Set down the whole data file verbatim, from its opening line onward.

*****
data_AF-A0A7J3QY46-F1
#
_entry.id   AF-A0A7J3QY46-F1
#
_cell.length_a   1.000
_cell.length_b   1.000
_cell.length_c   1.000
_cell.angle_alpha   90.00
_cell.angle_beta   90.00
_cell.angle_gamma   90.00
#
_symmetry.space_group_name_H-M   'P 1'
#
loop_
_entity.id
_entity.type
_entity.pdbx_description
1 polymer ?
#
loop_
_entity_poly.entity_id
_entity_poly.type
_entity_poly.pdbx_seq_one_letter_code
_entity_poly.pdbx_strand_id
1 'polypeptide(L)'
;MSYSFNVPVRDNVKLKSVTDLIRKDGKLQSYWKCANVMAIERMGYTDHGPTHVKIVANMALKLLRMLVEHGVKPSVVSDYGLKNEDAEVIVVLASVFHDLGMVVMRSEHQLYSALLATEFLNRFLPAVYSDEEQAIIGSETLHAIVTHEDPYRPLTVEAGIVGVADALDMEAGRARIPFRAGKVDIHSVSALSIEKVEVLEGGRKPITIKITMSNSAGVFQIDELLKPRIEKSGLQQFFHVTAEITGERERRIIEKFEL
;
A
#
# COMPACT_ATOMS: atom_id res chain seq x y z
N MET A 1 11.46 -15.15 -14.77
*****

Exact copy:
data_AF-A0A7J3QY46-F1
#
_entry.id   AF-A0A7J3QY46-F1
#
_cell.length_a   1.000
_cell.length_b   1.000
_cell.length_c   1.000
_cell.angle_alpha   90.00
_cell.angle_beta   90.00
_cell.angle_gamma   90.00
#
_symmetry.space_group_name_H-M   'P 1'
#
loop_
_entity.id
_entity.type
_entity.pdbx_description
1 polymer ?
#
loop_
_entity_poly.entity_id
_entity_poly.type
_entity_poly.pdbx_seq_one_letter_code
_entity_poly.pdbx_strand_id
1 'polypeptide(L)'
;MSYSFNVPVRDNVKLKSVTDLIRKDGKLQSYWKCANVMAIERMGYTDHGPTHVKIVANMALKLLRMLVEHGVKPSVVSDYGLKNEDAEVIVVLASVFHDLGMVVMRSEHQLYSALLATEFLNRFLPAVYSDEEQAIIGSETLHAIVTHEDPYRPLTVEAGIVGVADALDMEAGRARIPFRAGKVDIHSVSALSIEKVEVLEGGRKPITIKITMSNSAGVFQIDELLKPRIEKSGLQQFFHVTAEITGERERRIIEKFEL
;
A
#
# COMPACT_ATOMS: atom_id res chain seq x y z
N MET A 1 11.46 -15.15 -14.77